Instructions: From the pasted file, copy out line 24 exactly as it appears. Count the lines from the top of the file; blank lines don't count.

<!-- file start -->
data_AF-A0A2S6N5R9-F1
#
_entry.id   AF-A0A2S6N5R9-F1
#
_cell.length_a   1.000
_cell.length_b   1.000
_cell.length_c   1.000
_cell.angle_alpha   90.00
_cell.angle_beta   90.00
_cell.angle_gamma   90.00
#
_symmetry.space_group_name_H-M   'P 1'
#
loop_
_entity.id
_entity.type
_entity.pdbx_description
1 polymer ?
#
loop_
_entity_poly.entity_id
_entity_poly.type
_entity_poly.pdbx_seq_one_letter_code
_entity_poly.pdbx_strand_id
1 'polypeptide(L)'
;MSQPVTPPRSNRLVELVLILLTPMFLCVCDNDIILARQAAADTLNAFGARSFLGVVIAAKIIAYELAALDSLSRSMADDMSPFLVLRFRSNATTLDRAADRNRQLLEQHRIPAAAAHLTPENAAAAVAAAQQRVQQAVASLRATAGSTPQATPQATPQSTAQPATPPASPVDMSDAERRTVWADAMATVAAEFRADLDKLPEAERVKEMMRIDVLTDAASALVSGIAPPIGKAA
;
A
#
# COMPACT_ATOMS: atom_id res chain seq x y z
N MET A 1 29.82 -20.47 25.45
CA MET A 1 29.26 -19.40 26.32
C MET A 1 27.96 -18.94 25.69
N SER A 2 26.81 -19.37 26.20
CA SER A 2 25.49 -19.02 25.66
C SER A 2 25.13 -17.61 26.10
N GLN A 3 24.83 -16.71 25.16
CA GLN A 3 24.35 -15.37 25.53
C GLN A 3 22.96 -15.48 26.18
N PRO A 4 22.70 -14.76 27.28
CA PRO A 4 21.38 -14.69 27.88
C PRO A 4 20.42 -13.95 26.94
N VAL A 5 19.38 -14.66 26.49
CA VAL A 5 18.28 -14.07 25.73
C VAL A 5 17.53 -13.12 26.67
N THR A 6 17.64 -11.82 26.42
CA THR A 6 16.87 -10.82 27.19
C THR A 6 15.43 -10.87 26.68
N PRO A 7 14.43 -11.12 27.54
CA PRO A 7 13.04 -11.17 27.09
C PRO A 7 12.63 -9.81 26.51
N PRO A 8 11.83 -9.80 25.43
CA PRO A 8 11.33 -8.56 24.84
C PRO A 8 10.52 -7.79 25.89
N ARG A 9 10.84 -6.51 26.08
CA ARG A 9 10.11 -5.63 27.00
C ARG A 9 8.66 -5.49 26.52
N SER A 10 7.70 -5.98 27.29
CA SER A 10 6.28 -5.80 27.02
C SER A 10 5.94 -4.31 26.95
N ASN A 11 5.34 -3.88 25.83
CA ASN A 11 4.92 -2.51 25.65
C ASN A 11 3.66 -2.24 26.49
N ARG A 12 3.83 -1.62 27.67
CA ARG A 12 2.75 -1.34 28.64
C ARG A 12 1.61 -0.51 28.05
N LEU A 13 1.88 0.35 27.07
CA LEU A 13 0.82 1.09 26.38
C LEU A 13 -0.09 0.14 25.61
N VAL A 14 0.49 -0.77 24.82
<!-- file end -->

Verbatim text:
_entity_poly.pdbx_strand_id